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There's no escaping an arbitration agreement: winding up petition likely to be trumped by an arbitration clause

11 February 2014
Cases show that Companies Court judges sometimes allow a winding up petition to be presented even if it based on a disputed debt.

However, the recent Companies Court case of Rusant Ltd v Traxys Far East Ltd [2013] EWHC 4083 (Ch) found that if a petition is based on a disputed debt identified in a statutory demand and that dispute is the subject of an arbitration agreement, it must be referred to arbitration first.

Traxys financed Rusant and the parties entered into a loan agreement containing an arbitration agreement which required any dispute connected with the agreement to be referred to and finally resolved by arbitration.

Traxys served a statutory demand for immediate repayment of the loan. Rusant denied any sum was due, claiming the parties had orally agreed to postpone repayment, and successfully sought an injunction preventing Traxys from presenting a winding up petition based on the statutory demand.

The key factor in the judge's decision was that the parties had entered into an arbitration agreement.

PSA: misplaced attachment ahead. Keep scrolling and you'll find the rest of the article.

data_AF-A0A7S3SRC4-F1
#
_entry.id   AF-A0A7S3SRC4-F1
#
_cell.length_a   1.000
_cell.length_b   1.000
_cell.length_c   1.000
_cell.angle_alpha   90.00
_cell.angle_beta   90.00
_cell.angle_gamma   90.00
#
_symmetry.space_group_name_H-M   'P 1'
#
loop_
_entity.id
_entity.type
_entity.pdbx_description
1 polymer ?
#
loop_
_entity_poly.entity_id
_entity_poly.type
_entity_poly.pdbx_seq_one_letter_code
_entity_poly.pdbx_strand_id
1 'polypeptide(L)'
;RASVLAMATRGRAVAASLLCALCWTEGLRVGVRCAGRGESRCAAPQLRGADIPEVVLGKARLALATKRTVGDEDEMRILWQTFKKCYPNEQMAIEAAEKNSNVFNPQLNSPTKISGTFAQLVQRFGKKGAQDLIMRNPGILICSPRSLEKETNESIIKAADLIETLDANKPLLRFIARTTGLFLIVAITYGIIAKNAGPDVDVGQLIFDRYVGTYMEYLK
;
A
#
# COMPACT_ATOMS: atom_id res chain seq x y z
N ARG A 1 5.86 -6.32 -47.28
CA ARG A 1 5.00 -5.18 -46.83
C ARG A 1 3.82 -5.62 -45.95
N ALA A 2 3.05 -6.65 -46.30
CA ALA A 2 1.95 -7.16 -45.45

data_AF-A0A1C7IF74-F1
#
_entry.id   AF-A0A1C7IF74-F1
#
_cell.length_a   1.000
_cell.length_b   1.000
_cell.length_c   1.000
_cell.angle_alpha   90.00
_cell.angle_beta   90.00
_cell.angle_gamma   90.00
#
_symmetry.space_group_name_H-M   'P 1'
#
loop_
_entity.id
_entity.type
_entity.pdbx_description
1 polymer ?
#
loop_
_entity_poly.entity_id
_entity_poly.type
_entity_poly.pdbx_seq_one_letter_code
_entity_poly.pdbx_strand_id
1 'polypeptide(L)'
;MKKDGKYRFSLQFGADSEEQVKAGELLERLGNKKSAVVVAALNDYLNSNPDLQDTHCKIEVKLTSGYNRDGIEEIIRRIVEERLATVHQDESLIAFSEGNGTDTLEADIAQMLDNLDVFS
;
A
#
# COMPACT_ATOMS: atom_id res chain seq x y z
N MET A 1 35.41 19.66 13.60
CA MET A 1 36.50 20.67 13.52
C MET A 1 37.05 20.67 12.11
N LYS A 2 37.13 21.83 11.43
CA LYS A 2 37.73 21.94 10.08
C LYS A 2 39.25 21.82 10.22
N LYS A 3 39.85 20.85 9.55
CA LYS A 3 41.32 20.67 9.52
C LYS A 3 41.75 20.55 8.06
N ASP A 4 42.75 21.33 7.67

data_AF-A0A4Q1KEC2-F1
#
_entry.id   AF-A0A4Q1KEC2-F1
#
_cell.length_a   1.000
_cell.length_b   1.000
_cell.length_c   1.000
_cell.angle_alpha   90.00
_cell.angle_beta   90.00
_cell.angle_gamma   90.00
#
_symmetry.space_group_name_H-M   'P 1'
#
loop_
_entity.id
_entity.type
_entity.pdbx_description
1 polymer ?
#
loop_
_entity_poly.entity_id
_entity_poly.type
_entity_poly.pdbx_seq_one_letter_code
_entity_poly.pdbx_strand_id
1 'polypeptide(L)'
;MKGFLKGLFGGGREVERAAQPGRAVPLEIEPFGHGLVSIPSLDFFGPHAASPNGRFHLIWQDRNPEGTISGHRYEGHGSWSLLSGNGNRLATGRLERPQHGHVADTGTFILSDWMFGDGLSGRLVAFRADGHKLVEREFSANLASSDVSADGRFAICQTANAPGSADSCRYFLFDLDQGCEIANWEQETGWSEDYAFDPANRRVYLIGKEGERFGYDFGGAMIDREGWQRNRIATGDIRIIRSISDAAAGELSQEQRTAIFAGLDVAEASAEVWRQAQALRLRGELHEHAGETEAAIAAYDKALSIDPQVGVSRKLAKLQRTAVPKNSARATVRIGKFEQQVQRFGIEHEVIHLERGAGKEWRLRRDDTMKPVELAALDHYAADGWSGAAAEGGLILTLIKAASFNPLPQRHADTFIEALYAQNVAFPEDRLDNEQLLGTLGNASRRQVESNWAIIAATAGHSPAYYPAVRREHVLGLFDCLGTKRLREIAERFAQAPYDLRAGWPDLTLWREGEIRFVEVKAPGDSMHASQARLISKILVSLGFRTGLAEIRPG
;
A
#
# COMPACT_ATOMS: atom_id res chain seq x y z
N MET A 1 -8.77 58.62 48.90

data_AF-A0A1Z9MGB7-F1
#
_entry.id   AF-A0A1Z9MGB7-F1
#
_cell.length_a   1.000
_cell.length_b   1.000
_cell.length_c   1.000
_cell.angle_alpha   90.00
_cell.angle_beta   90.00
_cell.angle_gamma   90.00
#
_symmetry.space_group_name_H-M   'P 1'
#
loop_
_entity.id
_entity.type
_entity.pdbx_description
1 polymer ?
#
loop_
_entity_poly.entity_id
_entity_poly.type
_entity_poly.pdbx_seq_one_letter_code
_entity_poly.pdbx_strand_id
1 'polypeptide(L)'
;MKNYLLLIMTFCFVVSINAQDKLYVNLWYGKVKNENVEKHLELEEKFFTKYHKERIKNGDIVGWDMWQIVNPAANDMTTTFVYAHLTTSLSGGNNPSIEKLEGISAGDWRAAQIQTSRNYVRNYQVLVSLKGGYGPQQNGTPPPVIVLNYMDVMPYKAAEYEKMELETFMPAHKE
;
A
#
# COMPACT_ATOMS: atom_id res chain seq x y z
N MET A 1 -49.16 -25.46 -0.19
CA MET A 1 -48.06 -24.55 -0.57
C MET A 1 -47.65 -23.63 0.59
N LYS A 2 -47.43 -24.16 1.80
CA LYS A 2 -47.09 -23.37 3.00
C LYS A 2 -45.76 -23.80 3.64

In relation to debts, the Companies Court will not generally allow a petition where there is a bona fide dispute about the debt on which the petition is based. This is the case even if there is only a "shadowy defence" to the debt. Here, there was a clear dispute that had to be referred to an arbitrator, namely whether the parties had agreed to postpone the repayment date.

The judge concluded that the disputed debt was also a "claim". This satisfied s9(1) of the Arbitration Act 1996, which permits a stay in proceedings where a party to an arbitration agreement faces a claim or counterclaim regarding a matter which is subject to arbitration under that agreement.

Even if wrong on this conclusion, the judge said he would have exercised his discretion to reject any petition based on the debt, leaving it to be established by an arbitrator, as agreed by the parties. The Companies Court should proceed with a petition only where there is no bona fide defence to a dispute, even if the claim itself is nonetheless appropriate for summary judgment.

Although the judge went on to indicate that, had there been no arbitration agreement, he would have allowed Traxys to proceed with winding up proceedings and summarily assessed and dismissed Rusant's argument regarding the postponed repayment date, the policy of the 1996 Act to hold parties to arbitration agreements meant that the arbitration agreement here overrode the decision he would otherwise have made.

This case is therefore a helpful warning to those who think they can get around an arbitration agreement by presenting a statutory demand.

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